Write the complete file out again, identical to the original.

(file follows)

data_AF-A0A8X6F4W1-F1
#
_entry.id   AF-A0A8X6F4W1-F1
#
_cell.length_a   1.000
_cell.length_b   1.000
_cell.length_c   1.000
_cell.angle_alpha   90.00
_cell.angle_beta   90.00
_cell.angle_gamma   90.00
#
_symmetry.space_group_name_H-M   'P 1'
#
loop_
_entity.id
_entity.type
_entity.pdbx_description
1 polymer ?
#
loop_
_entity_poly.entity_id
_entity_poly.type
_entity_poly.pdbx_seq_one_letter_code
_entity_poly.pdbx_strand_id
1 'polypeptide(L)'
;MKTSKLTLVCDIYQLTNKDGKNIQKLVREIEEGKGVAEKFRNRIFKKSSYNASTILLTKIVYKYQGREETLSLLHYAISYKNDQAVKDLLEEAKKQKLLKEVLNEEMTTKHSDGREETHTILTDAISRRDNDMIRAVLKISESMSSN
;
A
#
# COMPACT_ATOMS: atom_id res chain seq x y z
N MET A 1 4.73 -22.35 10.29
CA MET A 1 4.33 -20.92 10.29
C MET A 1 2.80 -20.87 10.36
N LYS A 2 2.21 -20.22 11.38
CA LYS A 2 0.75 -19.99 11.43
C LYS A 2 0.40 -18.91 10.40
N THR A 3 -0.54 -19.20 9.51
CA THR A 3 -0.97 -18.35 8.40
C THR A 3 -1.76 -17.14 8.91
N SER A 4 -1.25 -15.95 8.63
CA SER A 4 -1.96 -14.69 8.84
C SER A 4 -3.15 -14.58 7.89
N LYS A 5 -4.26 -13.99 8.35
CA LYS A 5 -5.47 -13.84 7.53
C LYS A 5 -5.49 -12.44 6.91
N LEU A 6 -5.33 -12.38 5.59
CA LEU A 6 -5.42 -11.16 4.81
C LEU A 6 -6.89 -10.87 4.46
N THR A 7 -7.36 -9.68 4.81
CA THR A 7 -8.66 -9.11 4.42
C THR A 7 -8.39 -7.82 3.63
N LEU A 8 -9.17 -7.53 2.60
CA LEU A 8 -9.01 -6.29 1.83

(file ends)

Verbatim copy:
data_AF-A0A8X6F4W1-F1
#
_entry.id   AF-A0A8X6F4W1-F1
#
_cell.length_a   1.000
_cell.length_b   1.000
_cell.length_c   1.000
_cell.angle_alpha   90.00
_cell.angle_beta   90.00
_cell.angle_gamma   90.00
#
_symmetry.space_group_name_H-M   'P 1'
#
loop_
_entity.id
_entity.type
_entity.pdbx_description
1 polymer ?
#
loop_
_entity_poly.entity_id
_entity_poly.type
_entity_poly.pdbx_seq_one_letter_code
_entity_poly.pdbx_strand_id
1 'polypeptide(L)'
;MKTSKLTLVCDIYQLTNKDGKNIQKLVREIEEGKGVAEKFRNRIFKKSSYNASTILLTKIVYKYQGREETLSLLHYAISYKNDQAVKDLLEEAKKQKLLKEVLNEEMTTKHSDGREETHTILTDAISRRDNDMIRAVLKISESMSSN
;
A
#
# COMPACT_ATOMS: atom_id res chain seq x y z
N MET A 1 4.73 -22.35 10.29
CA MET A 1 4.33 -20.92 10.29
C MET A 1 2.80 -20.87 10.36
N LYS A 2 2.21 -20.22 11.38
CA LYS A 2 0.75 -19.99 11.43
C LYS A 2 0.40 -18.91 10.40
N THR A 3 -0.54 -19.20 9.51
CA THR A 3 -0.97 -18.35 8.40
C THR A 3 -1.76 -17.14 8.91
N SER A 4 -1.25 -15.95 8.63
CA SER A 4 -1.96 -14.69 8.84
C SER A 4 -3.15 -14.58 7.89
N LYS A 5 -4.26 -13.99 8.35
CA LYS A 5 -5.47 -13.84 7.53
C LYS A 5 -5.49 -12.44 6.91
N LEU A 6 -5.33 -12.38 5.59
CA LEU A 6 -5.42 -11.16 4.81
C LEU A 6 -6.89 -10.87 4.46
N THR A 7 -7.36 -9.68 4.81
CA THR A 7 -8.66 -9.11 4.42
C THR A 7 -8.39 -7.82 3.63
N LEU A 8 -9.17 -7.53 2.60
CA LEU A 8 -9.01 -6.29 1.83